• Remove stains from wallpaper: Though you can’t use any heavy-duty cleaning products on wallpaper, there is a specialized solution sold at home centers and paint stores called wallpaper dough. Just roll a handful of the dough across a dirty spot and it will lift it right off. Then if the dough ever gets covered in dirt, knead it around to bring out the fresh dough from inside the ball.

Clean Any Plumbing

That’s right, probably your least-favorite job is on this list. Unfortunately, it’s something that just has to be done. To keep your household plumbing functional and odor-free, follow these tips:

  • Scrub the kitchen sink: For your average stainless steel kitchen sink, you can cover it in warm water and rub in some baking soda to dissolve a lot of the grime. Let it sit for a while, then rinse it with water and wipe it dry with a clean cloth. If you want to go all the way and disinfect the sink too, soak some paper towels in white vinegar and cover the sink with them. Make sure to thoroughly rinse again after removing the paper towels.
  • Wash bathroom sinks: The bathroom sink has a way of getting covered with hair, toothpaste, makeup and all kinds of other messes. The same steps that work for stainless steel sinks also apply here. Again, be sure to leave enough time for the baking soda to loosen grime and the vinegar to work its sterilizing magic.
  • Clean the shower and bathtub: Rinse your shower or tub with hot water before you start. For the lightest soap scum, spray it with a mixture of white vinegar and warm water, let it sit, then wipe it off and rinse it. Heavier grime requires sprinkling with baking soda before using the solution of vinegar and water. Scrub them together until they make a paste, wait a while for it to work, then wipe and rinse.
  • Scrub the toilet: No matter what toilet bowl cleaner you choose, the key is to start under the rim and let the solution run down the edges of the bowl. Let it soak in for a while before you give it a good scrubbing, too. An extra step you could add that eliminates even more germs is to spray the outside of the toilet with disinfectant, then wash it out with hot water and a sponge.
  • Maintain the drains: Expensive products will clear out your drains easily, or you could whip up a home mixture yourself. Start out by pouring a pot of boiling water down the drain, followed by half a cup of baking soda. After a few moments, chase it with a combination of one cup of vinegar and one cup of hot water. This’ll create quite the reaction, so put in the drain plug and let it work its magic. Ten minutes later, pour some more boiling water down the drain, and you’re set.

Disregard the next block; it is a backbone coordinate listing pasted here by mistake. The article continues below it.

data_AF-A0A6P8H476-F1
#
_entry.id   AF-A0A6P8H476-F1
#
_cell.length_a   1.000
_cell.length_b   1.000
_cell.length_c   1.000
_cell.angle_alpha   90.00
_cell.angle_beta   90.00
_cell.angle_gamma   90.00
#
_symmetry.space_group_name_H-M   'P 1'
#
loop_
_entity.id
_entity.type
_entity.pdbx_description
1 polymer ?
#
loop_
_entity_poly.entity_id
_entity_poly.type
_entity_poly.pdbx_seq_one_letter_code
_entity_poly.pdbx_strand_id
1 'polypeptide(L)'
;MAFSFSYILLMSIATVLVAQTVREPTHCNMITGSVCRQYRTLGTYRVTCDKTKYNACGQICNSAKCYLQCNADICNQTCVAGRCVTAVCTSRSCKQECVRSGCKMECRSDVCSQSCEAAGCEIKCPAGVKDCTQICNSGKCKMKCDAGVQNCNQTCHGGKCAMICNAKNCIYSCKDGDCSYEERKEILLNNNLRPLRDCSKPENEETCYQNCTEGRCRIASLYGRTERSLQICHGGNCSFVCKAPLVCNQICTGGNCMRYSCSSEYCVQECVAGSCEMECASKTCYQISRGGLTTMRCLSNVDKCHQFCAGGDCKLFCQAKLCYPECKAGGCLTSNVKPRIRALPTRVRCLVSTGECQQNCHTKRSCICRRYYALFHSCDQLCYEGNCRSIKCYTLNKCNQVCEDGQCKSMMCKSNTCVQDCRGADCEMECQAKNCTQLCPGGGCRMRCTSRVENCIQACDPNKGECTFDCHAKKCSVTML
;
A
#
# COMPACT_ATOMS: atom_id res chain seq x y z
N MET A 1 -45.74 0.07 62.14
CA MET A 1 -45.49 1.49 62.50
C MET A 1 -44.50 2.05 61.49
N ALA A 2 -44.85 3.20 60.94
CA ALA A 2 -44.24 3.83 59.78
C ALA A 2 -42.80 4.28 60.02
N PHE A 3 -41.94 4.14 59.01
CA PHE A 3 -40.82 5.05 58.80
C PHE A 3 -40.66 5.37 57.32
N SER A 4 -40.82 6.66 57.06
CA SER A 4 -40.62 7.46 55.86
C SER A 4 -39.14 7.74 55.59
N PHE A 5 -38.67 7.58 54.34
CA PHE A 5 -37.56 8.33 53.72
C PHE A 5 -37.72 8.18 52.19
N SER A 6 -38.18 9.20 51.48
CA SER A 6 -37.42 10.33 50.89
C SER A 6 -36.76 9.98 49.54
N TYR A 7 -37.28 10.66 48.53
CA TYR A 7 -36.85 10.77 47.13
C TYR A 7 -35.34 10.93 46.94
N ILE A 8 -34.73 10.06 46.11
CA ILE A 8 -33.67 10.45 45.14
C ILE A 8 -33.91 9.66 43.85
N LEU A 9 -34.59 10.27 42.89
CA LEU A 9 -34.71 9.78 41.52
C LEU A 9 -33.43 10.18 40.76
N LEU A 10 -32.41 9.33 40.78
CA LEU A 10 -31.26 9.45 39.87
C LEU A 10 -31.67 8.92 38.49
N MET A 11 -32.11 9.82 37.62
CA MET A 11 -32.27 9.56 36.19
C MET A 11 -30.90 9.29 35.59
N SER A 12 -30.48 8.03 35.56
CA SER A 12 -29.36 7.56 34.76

• Don’t forget the laundry sink: Though it’s probably tucked in the basement or a back room somewhere, you shouldn’t leave out your laundry sink. It needs a quick clean as well, similar to your kitchen or bathroom sink.

Take Care of Solid Wood Furniture

Because wood is one of those materials that can be quite sensitive, it’s important to know how to care for solid wood furniture. Here are a few basic instructions:

  • Dust the furniture: Regular dusting should already be built into your routine to prevent dust from settling on the wood. To really scare the dust away for a few days, you can wipe off your dining cabinets with a damp terry cloth. This more efficiently captures all those tiny particles.
  • Clean the furniture: As mentioned before, the main thing to remember when cleaning wood is to move with the grain, not against it. Otherwise, just don’t use any harsh cleaners. Opt for mild soap or dish detergent on a lint-free cloth.
  • Polish the furniture: If you want your guests to admire your beautiful dining table, give it a polish before they arrive. Different woods and finishes require different mixtures, but generally polishes that include silicon will make the shine last longer.
  • Wax the furniture: Waxing your furniture once a year helps protect the finish long-term. Don’t settle for any lesser quality products here. Go with a nice paste wax, applied lightly with a cotton cloth.

Maintain Your Appliances

Spring cleaning for the home should definitely include upkeep for your various appliances. Each one of them, from the refrigerator to the washing machine, impacts your everyday living. Here are some projects you should undertake:

  • Scrub the oven: Lots of ovens have a self-cleaning function nowadays, but if you’d rather do things the natural way, baking soda paste will do the trick. Take out the oven racks, cover the interior in the paste, and let it sit overnight. Then wipe away as much as possible with a damp cloth and scrape away any stubborn remnants. Finish up with a light vinegar spray before attacking the residue with a final wipe down
  • Eliminate messes from your stovetop: Baking soda paste is a common household solution, and it works for any gunk on your stovetop or hidden under the burners as well.